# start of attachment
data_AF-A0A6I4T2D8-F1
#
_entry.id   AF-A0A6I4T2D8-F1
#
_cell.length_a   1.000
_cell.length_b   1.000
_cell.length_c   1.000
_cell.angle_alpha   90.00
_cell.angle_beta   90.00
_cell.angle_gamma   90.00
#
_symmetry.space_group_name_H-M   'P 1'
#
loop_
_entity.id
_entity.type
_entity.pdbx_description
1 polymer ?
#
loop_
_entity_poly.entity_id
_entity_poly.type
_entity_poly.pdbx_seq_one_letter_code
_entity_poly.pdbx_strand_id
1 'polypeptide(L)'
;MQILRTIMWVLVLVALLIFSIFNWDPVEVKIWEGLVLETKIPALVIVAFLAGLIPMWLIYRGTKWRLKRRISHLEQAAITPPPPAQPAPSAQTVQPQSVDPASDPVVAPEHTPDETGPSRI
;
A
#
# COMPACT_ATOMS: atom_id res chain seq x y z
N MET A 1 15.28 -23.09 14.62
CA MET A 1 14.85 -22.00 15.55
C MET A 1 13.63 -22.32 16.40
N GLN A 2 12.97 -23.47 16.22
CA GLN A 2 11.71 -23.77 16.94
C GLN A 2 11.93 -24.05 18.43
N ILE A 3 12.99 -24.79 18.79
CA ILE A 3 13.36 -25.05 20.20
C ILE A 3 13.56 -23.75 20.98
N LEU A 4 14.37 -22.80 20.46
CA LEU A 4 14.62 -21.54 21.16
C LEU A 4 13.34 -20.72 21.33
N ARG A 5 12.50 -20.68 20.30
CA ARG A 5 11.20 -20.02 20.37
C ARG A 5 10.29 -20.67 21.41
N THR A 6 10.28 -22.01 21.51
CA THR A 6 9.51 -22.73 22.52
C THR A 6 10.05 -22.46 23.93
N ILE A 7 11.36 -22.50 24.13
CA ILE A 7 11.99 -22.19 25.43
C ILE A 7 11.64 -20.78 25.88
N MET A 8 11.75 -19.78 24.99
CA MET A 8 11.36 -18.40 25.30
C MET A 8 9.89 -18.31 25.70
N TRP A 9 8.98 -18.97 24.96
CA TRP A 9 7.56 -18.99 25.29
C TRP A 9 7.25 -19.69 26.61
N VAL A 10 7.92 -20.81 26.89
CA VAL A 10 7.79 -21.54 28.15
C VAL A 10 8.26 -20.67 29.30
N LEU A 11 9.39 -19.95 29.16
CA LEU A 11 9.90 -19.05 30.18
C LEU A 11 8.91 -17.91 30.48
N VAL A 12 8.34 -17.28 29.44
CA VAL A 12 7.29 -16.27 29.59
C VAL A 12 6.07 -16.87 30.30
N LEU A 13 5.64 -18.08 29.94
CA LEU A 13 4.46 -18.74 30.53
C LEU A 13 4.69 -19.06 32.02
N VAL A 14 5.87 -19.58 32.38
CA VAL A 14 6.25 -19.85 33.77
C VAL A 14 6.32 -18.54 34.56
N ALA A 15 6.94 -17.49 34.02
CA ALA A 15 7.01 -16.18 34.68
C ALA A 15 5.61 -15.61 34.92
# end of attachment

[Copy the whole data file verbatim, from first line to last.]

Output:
data_AF-A0A6I4T2D8-F1
#
_entry.id   AF-A0A6I4T2D8-F1
#
_cell.length_a   1.000
_cell.length_b   1.000
_cell.length_c   1.000
_cell.angle_alpha   90.00
_cell.angle_beta   90.00
_cell.angle_gamma   90.00
#
_symmetry.space_group_name_H-M   'P 1'
#
loop_
_entity.id
_entity.type
_entity.pdbx_description
1 polymer ?
#
loop_
_entity_poly.entity_id
_entity_poly.type
_entity_poly.pdbx_seq_one_letter_code
_entity_poly.pdbx_strand_id
1 'polypeptide(L)'
;MQILRTIMWVLVLVALLIFSIFNWDPVEVKIWEGLVLETKIPALVIVAFLAGLIPMWLIYRGTKWRLKRRISHLEQAAITPPPPAQPAPSAQTVQPQSVDPASDPVVAPEHTPDETGPSRI
;
A
#
# COMPACT_ATOMS: atom_id res chain seq x y z
N MET A 1 15.28 -23.09 14.62
CA MET A 1 14.85 -22.00 15.55
C MET A 1 13.63 -22.32 16.40
N GLN A 2 12.97 -23.47 16.22
CA GLN A 2 11.71 -23.77 16.94
C GLN A 2 11.93 -24.05 18.43
N ILE A 3 12.99 -24.79 18.79
CA ILE A 3 13.36 -25.05 20.20
C ILE A 3 13.56 -23.75 20.98
N LEU A 4 14.37 -22.80 20.46
CA LEU A 4 14.62 -21.54 21.16
C LEU A 4 13.34 -20.72 21.33
N ARG A 5 12.50 -20.68 20.30
CA ARG A 5 11.20 -20.02 20.37
C ARG A 5 10.29 -20.67 21.41
N THR A 6 10.28 -22.01 21.51
CA THR A 6 9.51 -22.73 22.52
C THR A 6 10.05 -22.46 23.93
N ILE A 7 11.36 -22.50 24.13
CA ILE A 7 11.99 -22.19 25.43
C ILE A 7 11.64 -20.78 25.88
N MET A 8 11.75 -19.78 24.99
CA MET A 8 11.36 -18.40 25.30
C MET A 8 9.89 -18.31 25.70
N TRP A 9 8.98 -18.97 24.96
CA TRP A 9 7.56 -18.99 25.29
C TRP A 9 7.25 -19.69 26.61
N VAL A 10 7.92 -20.81 26.89
CA VAL A 10 7.79 -21.54 28.15
C VAL A 10 8.26 -20.67 29.30
N LEU A 11 9.39 -19.95 29.16
CA LEU A 11 9.90 -19.05 30.18
C LEU A 11 8.91 -17.91 30.48
N VAL A 12 8.34 -17.28 29.44
CA VAL A 12 7.29 -16.27 29.59
C VAL A 12 6.07 -16.87 30.30
N LEU A 13 5.64 -18.08 29.94
CA LEU A 13 4.46 -18.74 30.53
C LEU A 13 4.69 -19.06 32.02
N VAL A 14 5.87 -19.58 32.38
CA VAL A 14 6.25 -19.85 33.77
C VAL A 14 6.32 -18.54 34.56
N ALA A 15 6.94 -17.49 34.02
CA ALA A 15 7.01 -16.18 34.68
C ALA A 15 5.61 -15.61 34.92